Wood burning and air pollution

As we enter into the winter months...some Utahn's begin to put wood in their fire place or a wood burning stove to generate heat, or just for the ambiance of a wood burning fire.  But some are asking...what's the impact those wood fires are having on the air we breath?


"We found that if there's really one specific pinpoint polluter, that we can solve the problem, it's wood burning," said former Salt Lake City Mayor Ted Wilson, who now is the Executive Director of UCAIR.

During bad air quality days wood burning is against the law, except for those who rely on it as their only source of heat.  New guidelines are being considered to puff out Utah's wood burning pollution altogether.

"We know that there are two reasons to do this.  One is that wood burning of course impacts the overall regional air quality.  But also it particularly impacts local neighborhoods," said Bryce Bird who is the Director of Utah Division of Air Quality.

For many people it isn't an issue...but for children...the elderly...and those with medical conditions, it can lead to all kinds of health consequences like coughing, headaches, eye and throat irritation, asthma attacks and even heart attacks and strokes.

"So the person that's burning the wood is getting exposed to a greater extent, and the neighbors who live close by are getting exposed to a greater extent.  And we know that the child who has asthma, that can't go out and play, is being impacted by somebody burning in the neighborhood," said Bird.

Up to 70 percent of the wood smoke that exits a chimney, will re-enter nearby homes.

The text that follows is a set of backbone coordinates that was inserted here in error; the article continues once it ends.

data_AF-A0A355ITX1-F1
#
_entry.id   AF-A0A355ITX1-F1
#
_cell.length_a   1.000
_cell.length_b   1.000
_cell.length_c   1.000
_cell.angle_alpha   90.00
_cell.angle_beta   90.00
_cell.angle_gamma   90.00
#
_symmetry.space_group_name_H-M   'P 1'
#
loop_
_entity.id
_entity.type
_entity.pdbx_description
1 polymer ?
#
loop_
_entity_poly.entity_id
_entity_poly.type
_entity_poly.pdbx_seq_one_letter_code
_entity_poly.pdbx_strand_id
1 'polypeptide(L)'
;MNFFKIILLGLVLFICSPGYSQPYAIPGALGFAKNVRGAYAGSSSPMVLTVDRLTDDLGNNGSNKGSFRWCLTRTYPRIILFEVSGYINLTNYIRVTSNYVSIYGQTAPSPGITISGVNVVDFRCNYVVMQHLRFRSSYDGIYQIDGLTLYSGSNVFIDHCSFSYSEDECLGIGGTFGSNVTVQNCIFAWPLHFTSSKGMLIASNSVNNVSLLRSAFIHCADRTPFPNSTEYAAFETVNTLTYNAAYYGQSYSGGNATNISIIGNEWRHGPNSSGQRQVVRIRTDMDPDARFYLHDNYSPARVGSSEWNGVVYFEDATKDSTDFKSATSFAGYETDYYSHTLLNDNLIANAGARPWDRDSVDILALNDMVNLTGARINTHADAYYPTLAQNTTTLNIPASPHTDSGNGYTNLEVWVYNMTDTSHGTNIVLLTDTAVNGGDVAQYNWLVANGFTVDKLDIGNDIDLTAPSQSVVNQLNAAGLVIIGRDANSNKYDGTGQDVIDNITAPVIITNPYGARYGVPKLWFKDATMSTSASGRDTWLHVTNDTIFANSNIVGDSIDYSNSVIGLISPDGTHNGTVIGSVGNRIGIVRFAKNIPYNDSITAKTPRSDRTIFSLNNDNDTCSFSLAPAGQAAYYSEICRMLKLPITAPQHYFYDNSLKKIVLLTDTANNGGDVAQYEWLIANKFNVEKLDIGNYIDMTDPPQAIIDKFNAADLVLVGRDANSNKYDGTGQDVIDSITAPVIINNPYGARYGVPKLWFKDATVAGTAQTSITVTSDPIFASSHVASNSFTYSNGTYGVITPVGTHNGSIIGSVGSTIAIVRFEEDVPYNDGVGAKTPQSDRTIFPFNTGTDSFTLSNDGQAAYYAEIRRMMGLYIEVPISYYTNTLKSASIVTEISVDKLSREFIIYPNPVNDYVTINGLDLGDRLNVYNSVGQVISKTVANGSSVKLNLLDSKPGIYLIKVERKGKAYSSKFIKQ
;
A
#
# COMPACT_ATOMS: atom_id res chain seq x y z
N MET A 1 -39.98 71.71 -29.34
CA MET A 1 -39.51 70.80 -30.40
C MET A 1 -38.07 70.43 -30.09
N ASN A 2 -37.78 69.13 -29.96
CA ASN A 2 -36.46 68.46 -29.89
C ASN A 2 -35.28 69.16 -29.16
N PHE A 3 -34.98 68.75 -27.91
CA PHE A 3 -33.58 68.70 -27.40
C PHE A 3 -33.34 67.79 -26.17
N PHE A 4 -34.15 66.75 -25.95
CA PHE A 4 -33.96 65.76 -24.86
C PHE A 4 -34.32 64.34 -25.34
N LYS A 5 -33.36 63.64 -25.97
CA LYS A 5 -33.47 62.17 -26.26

"One fire burning for an hour, an average size home fire, running for an hour equals four diesel trucks running for the same hour," said Wilson.

"For every hour 90 SUV's drive, that's about one hour of burning a wood burning appliance," said Bird.

The particulates in wood smoke are tiny and even doors and windows cannot keep them out.  The pollution from just one wood burning stove is equal to the amount emitted from 3,000 gas furnaces.

"We know that wood burning made a lot of sense in our valley for a long time.  But once we get a large population center where we get many people burning in a neighborhood, or in an area, we know that it impacts air quality.  And maybe it's just time to look at other options, and that's what we are really opening right now is the dialogue," said Bird.

While UCAIR works closely with partner organizations, it also seeks community involvement to find solutions to our air quality challenges.

Wilson says it may be tempting during the holidays to fire up the fireplace, but asks that we consider the impact it will have on the air.

"During the inversion, even if it's Christmas Eve, it might be a good idea to think twice about burning wood."

To get involved and learn more about UCAIR, visit them at http//:ucair.org

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